AT Kuchi island in the eastern sea, there were camellias of all colours which bloomed throughout the year. No one, however, lived there, and very few people ever visited the spot. One day, a young man of Têngchou, named Chang, who was fond of hunting and adventure, hearing of the beauties of the place, put together some wine and food, and rowed himself across in a small open boat. The flowers were just then even finer than usual, and their perfume was diffused for a mile or so around; while many of the trees he saw were several armfuls in circumference. So he roamed about and gave himself up to enjoyment of the scene; and by-and-by he opened a flask of wine, regretting very much that he had no companion to share it with him, when all of a sudden a most beautiful young girl, with extremely bright eyes and dressed in red, stepped down from one of the camellias before him. “Dear me!” said she on seeing Mr. Chang; “I expected to be alone here, and was not aware that the place was already occupied.” Chang was somewhat alarmed at this apparition, and asked the young lady whence she came; to which she replied that her name was Chiaoch‘ang, and that she had accompanied thither a Mr. Hai, who had gone off for a stroll and had left her to await his return. Thereupon Chang begged her to join him in a cup of wine, which she very willingly did, and they were just beginning to enjoy themselves when a sound of rushing wind was heard and the trees and plants bent beneath it. “Here’s Mr. Hai!” cried the young lady; and jumping quickly up, disappeared in a moment. The horrified Chang now beheld a huge serpent coming out of the bushes near by, and immediately ran behind a large tree for shelter, hoping the reptile would not see him. But the serpent advanced and enveloped both Chang and the tree in its great folds, binding Chang’s arms down to his sides so as to prevent him from moving them; and then raising its head, darted out its tongue and bit the poor man’s nose, causing the blood to flow freely out. This blood it was quietly sucking up, when Chang, who thought that his last hour had come, remembered that he had in his pocket some fox poison; and managing to insert a couple of fingers, he drew out the packet, broke the paper, and let the powder lie in the palm of his hand. He next leaned his hand over the serpent’s coils in such a way that the blood from his nose dripped into his hand, and when it was nearly full the serpent actually did begin to drink it. And in a few moments the grip was relaxed; the serpent struck the ground heavily with its tail, and dashed away up against another tree, which was broken in half, and then stretched itself out and died. Chang was a long time unable to rise, but at length he got up and carried the serpent off with him. He was very ill for more than a month afterwards, and even suspected the young lady of being a serpent, too, in disguise.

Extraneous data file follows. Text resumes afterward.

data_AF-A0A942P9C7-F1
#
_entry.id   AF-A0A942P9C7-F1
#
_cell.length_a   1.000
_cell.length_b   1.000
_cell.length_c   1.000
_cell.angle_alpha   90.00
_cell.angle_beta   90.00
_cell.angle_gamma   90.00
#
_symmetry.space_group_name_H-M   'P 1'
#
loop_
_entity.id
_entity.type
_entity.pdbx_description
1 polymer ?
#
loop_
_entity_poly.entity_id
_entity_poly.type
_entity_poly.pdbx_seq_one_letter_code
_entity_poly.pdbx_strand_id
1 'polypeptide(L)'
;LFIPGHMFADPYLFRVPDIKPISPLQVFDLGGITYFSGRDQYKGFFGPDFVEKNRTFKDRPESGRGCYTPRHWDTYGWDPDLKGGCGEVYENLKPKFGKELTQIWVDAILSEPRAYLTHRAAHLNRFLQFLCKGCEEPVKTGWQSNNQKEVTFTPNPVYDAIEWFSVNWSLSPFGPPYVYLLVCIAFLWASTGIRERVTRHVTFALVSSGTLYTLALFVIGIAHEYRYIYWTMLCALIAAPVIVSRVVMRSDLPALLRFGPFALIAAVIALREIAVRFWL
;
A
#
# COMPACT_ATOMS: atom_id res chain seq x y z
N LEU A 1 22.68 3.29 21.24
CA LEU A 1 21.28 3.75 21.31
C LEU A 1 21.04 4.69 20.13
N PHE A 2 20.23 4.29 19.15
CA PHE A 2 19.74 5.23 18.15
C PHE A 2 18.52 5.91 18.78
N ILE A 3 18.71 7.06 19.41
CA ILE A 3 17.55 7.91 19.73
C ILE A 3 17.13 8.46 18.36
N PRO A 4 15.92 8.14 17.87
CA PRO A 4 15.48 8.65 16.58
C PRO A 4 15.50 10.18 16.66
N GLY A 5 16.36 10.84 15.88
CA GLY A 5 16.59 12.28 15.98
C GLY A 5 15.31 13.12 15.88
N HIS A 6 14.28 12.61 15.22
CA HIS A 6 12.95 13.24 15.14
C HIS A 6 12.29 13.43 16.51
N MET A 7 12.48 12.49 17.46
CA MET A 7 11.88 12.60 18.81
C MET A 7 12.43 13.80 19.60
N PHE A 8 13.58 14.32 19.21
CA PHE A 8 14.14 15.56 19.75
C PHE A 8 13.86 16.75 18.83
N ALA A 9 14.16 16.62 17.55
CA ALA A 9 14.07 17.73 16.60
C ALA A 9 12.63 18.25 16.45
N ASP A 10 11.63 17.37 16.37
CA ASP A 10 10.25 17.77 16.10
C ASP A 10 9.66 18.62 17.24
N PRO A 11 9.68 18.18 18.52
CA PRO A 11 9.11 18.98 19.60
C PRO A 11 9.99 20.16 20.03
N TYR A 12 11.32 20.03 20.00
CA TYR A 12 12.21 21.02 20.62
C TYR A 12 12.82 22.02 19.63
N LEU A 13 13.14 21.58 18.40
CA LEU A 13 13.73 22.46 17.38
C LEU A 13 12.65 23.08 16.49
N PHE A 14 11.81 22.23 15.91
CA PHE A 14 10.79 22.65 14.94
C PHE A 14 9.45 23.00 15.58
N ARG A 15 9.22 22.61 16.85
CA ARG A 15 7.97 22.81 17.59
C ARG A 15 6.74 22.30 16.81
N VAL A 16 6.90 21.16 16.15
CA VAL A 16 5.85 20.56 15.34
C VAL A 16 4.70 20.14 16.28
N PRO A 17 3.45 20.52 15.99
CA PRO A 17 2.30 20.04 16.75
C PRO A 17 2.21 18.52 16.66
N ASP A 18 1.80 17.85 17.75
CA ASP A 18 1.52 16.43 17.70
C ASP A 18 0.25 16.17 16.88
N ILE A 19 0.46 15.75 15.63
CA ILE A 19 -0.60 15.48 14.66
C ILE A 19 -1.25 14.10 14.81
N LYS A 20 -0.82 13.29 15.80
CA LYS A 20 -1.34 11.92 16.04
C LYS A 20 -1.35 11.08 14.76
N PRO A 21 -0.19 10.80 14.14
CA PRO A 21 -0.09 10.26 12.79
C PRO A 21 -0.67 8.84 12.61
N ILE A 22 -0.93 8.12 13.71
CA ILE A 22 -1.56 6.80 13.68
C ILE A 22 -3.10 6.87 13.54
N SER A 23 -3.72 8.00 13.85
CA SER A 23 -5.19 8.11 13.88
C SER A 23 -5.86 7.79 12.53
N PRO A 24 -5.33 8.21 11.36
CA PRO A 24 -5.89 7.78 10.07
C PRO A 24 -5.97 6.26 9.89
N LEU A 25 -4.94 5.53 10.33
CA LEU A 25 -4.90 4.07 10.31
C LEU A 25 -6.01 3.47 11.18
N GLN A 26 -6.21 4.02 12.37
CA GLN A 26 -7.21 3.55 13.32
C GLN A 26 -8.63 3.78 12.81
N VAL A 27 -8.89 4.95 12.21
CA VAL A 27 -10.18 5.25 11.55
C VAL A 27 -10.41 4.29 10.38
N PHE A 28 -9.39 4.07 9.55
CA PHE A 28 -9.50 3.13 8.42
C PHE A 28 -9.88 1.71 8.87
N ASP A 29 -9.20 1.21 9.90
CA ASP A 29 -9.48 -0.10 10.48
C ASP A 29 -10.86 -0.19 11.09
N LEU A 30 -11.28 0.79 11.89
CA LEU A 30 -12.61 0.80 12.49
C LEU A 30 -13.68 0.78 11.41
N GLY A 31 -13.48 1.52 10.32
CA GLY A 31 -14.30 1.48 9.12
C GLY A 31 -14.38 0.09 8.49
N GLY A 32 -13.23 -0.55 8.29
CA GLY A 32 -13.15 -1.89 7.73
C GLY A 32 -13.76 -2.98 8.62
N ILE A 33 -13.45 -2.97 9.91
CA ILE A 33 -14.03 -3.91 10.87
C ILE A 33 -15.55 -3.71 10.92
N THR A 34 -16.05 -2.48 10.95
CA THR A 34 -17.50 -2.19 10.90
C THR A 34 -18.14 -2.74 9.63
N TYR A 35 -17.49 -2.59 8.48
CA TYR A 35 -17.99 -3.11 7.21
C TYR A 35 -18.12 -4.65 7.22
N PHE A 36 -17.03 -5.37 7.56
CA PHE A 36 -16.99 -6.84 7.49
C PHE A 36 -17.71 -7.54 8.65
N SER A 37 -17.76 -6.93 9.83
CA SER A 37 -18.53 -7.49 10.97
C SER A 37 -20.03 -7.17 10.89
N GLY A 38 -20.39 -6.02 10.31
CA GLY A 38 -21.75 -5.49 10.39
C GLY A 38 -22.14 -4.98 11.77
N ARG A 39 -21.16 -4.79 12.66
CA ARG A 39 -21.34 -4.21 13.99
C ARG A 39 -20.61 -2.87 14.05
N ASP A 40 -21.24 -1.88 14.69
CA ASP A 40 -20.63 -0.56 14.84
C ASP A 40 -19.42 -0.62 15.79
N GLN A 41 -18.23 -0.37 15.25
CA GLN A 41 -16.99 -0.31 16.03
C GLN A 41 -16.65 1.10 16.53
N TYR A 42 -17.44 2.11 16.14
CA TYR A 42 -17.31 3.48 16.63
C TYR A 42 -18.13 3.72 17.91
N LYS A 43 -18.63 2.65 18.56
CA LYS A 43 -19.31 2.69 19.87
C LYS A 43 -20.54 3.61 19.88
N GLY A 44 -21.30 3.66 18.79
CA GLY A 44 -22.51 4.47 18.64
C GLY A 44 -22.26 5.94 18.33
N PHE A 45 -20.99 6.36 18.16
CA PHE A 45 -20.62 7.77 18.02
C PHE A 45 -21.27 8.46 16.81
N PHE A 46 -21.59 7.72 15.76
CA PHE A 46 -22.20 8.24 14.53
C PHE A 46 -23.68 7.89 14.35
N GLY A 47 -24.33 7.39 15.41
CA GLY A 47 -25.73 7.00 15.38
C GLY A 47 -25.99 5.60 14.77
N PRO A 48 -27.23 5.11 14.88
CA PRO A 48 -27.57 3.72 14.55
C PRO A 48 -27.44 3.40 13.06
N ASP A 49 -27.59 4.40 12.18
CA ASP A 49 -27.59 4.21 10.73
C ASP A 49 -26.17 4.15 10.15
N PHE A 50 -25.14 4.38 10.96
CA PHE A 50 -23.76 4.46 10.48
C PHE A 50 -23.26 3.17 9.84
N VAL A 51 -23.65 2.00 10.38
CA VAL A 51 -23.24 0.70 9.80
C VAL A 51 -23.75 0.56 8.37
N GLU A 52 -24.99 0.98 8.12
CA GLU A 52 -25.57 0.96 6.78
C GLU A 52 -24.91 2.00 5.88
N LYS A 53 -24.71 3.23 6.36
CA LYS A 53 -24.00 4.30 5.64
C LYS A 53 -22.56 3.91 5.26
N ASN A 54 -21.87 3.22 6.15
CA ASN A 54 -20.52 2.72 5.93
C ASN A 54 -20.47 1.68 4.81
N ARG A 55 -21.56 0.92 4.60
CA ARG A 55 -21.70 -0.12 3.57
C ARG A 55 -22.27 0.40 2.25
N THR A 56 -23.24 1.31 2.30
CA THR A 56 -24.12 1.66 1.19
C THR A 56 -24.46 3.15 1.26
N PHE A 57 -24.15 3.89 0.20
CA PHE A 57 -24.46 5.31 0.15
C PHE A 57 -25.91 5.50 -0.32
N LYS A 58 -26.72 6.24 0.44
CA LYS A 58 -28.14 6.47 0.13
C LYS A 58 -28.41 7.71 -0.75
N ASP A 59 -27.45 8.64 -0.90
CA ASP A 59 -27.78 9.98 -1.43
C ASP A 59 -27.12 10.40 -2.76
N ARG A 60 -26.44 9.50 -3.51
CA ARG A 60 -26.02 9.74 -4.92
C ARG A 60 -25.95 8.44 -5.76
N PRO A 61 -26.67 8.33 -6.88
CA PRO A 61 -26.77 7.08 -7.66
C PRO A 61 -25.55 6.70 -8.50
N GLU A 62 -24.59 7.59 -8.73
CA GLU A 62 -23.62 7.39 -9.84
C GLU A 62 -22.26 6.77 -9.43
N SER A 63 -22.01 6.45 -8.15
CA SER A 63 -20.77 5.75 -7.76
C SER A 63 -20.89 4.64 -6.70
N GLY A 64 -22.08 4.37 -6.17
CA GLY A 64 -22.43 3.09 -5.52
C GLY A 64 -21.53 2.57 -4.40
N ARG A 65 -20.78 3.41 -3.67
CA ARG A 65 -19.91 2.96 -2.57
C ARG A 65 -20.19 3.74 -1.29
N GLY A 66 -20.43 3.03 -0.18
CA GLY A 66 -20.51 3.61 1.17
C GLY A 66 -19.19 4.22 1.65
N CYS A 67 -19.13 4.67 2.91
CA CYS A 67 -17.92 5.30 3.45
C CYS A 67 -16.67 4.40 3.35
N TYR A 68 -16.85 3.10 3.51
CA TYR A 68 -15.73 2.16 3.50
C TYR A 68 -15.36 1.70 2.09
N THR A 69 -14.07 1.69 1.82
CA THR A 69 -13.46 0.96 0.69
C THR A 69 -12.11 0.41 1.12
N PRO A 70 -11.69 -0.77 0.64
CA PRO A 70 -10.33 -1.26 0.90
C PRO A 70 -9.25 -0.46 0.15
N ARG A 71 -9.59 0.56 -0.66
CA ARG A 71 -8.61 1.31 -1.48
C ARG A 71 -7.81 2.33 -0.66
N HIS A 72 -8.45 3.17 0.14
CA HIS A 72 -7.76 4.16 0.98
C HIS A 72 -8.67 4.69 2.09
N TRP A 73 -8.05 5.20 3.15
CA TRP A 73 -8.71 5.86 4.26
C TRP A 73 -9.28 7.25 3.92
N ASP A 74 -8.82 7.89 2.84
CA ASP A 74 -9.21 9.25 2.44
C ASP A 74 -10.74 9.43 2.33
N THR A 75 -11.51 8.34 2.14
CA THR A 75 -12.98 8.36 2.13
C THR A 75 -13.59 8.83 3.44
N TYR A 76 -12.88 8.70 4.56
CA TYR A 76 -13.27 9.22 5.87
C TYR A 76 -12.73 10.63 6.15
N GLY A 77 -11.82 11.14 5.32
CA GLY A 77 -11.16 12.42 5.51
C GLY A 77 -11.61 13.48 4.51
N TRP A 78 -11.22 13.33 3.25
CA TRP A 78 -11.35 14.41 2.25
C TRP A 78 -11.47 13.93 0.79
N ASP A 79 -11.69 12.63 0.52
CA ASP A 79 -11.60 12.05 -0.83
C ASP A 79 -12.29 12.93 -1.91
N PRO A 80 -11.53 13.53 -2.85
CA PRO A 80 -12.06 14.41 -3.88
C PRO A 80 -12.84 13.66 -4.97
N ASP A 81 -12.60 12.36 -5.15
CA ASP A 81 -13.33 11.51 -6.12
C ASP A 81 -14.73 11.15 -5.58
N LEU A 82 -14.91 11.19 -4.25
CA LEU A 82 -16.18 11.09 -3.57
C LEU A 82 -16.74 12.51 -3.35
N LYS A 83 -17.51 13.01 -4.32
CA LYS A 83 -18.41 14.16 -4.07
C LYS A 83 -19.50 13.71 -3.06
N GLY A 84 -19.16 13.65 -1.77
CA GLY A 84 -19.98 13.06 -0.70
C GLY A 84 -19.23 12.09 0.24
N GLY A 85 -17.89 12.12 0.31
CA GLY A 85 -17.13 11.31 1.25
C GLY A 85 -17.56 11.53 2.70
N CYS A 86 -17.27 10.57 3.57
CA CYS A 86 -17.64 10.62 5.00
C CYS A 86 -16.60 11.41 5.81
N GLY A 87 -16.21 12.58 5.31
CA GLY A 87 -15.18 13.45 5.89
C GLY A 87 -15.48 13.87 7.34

Once upon a time a countryman came into the town on market-day, and brought a load of very special pears with him to sell. He set up his barrow in a good corner, and soon had a great crowd round him ; for everyone knew he always sold extra fine pears, though he did also ask an extra high price. Now, while he was crying up his fruit, a poor, old, ragged, hungry-looking priest stopped just in front of the barrow, and very humbly begged him to give him one of the pears. But the countryman, who was very mean and very nasty-tempered, wouldn't hear of giving him any, and as the priest didn't seem inclined to move on, he began calling him all the bad names he could think of. " Good sir," said the priest, " you have got hundreds of pears on your barrow. I only ask you for one. You would never even know you had lost one. Really, you needn't get angry." "Give him a pear that is going bad ; that will make him happy," said one of the crowd. "The o